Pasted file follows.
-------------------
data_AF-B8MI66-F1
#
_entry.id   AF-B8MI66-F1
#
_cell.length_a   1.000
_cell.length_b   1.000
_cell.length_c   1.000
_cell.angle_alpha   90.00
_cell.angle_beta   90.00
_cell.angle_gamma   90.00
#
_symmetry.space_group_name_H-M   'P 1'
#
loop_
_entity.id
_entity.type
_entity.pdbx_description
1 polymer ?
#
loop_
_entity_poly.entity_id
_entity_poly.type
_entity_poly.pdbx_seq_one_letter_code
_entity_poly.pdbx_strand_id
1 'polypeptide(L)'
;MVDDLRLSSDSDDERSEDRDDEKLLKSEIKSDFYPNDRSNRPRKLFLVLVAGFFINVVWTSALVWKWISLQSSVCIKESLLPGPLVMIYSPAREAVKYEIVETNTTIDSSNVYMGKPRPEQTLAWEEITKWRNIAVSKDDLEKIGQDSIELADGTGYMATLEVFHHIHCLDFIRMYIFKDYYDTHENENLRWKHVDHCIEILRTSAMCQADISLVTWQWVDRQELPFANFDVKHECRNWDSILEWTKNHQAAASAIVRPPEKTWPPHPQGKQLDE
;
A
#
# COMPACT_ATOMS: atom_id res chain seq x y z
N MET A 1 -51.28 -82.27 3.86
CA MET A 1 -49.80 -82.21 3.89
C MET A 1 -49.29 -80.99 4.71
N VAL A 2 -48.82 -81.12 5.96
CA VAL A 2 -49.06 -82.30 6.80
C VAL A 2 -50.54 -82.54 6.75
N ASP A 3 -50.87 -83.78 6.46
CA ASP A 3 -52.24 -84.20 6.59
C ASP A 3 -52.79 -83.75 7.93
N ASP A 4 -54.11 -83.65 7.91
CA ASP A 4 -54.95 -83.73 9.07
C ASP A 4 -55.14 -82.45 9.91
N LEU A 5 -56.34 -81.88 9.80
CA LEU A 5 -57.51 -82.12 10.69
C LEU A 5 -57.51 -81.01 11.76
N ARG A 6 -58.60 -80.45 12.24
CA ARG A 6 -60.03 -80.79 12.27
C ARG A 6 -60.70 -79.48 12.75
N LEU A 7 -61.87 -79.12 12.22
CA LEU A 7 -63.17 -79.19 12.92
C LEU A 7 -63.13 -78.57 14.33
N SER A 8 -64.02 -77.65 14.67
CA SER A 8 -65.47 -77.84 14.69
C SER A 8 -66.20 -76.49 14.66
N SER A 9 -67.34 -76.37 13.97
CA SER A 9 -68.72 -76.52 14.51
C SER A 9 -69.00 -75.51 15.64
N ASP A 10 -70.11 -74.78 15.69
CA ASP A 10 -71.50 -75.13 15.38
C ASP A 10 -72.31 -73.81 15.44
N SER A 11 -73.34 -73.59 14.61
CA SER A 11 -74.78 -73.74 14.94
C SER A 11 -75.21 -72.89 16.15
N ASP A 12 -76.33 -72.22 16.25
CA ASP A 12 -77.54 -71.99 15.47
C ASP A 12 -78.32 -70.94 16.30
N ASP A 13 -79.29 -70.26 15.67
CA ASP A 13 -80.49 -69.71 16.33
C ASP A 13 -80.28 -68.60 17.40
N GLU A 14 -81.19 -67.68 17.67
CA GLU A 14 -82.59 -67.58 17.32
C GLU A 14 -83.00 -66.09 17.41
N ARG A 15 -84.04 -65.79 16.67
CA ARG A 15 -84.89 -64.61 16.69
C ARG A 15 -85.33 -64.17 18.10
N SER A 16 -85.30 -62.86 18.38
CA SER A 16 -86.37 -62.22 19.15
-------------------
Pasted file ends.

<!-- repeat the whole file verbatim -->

data_AF-B8MI66-F1
#
_entry.id   AF-B8MI66-F1
#
_cell.length_a   1.000
_cell.length_b   1.000
_cell.length_c   1.000
_cell.angle_alpha   90.00
_cell.angle_beta   90.00
_cell.angle_gamma   90.00
#
_symmetry.space_group_name_H-M   'P 1'
#
loop_
_entity.id
_entity.type
_entity.pdbx_description
1 polymer ?
#
loop_
_entity_poly.entity_id
_entity_poly.type
_entity_poly.pdbx_seq_one_letter_code
_entity_poly.pdbx_strand_id
1 'polypeptide(L)'
;MVDDLRLSSDSDDERSEDRDDEKLLKSEIKSDFYPNDRSNRPRKLFLVLVAGFFINVVWTSALVWKWISLQSSVCIKESLLPGPLVMIYSPAREAVKYEIVETNTTIDSSNVYMGKPRPEQTLAWEEITKWRNIAVSKDDLEKIGQDSIELADGTGYMATLEVFHHIHCLDFIRMYIFKDYYDTHENENLRWKHVDHCIEILRTSAMCQADISLVTWQWVDRQELPFANFDVKHECRNWDSILEWTKNHQAAASAIVRPPEKTWPPHPQGKQLDE
;
A
#
# COMPACT_ATOMS: atom_id res chain seq x y z
N MET A 1 -51.28 -82.27 3.86
CA MET A 1 -49.80 -82.21 3.89
C MET A 1 -49.29 -80.99 4.71
N VAL A 2 -48.82 -81.12 5.96
CA VAL A 2 -49.06 -82.30 6.80
C VAL A 2 -50.54 -82.54 6.75
N ASP A 3 -50.87 -83.78 6.46
CA ASP A 3 -52.24 -84.20 6.59
C ASP A 3 -52.79 -83.75 7.93
N ASP A 4 -54.11 -83.65 7.91
CA ASP A 4 -54.95 -83.73 9.07
C ASP A 4 -55.14 -82.45 9.91
N LEU A 5 -56.34 -81.88 9.80
CA LEU A 5 -57.51 -82.12 10.69
C LEU A 5 -57.51 -81.01 11.76
N ARG A 6 -58.60 -80.45 12.24
CA ARG A 6 -60.03 -80.79 12.27
C ARG A 6 -60.70 -79.48 12.75
N LEU A 7 -61.87 -79.12 12.22
CA LEU A 7 -63.17 -79.19 12.92
C LEU A 7 -63.13 -78.57 14.33
N SER A 8 -64.02 -77.65 14.67
CA SER A 8 -65.47 -77.84 14.69
C SER A 8 -66.20 -76.49 14.66
N SER A 9 -67.34 -76.37 13.97
CA SER A 9 -68.72 -76.52 14.51
C SER A 9 -69.00 -75.51 15.64
N ASP A 10 -70.11 -74.78 15.69
CA ASP A 10 -71.50 -75.13 15.38
C ASP A 10 -72.31 -73.81 15.44
N SER A 11 -73.34 -73.59 14.61
CA SER A 11 -74.78 -73.74 14.94
C SER A 11 -75.21 -72.89 16.15
N ASP A 12 -76.33 -72.22 16.25
CA ASP A 12 -77.54 -71.99 15.47
C ASP A 12 -78.32 -70.94 16.30
N ASP A 13 -79.29 -70.26 15.67
CA ASP A 13 -80.49 -69.71 16.33
C ASP A 13 -80.28 -68.60 17.40
N GLU A 14 -81.19 -67.68 17.67
CA GLU A 14 -82.59 -67.58 17.32
C GLU A 14 -83.00 -66.09 17.41
N ARG A 15 -84.04 -65.79 16.67
CA ARG A 15 -84.89 -64.61 16.69
C ARG A 15 -85.33 -64.17 18.10
N SER A 16 -85.30 -62.86 18.38
CA SER A 16 -86.37 -62.22 19.15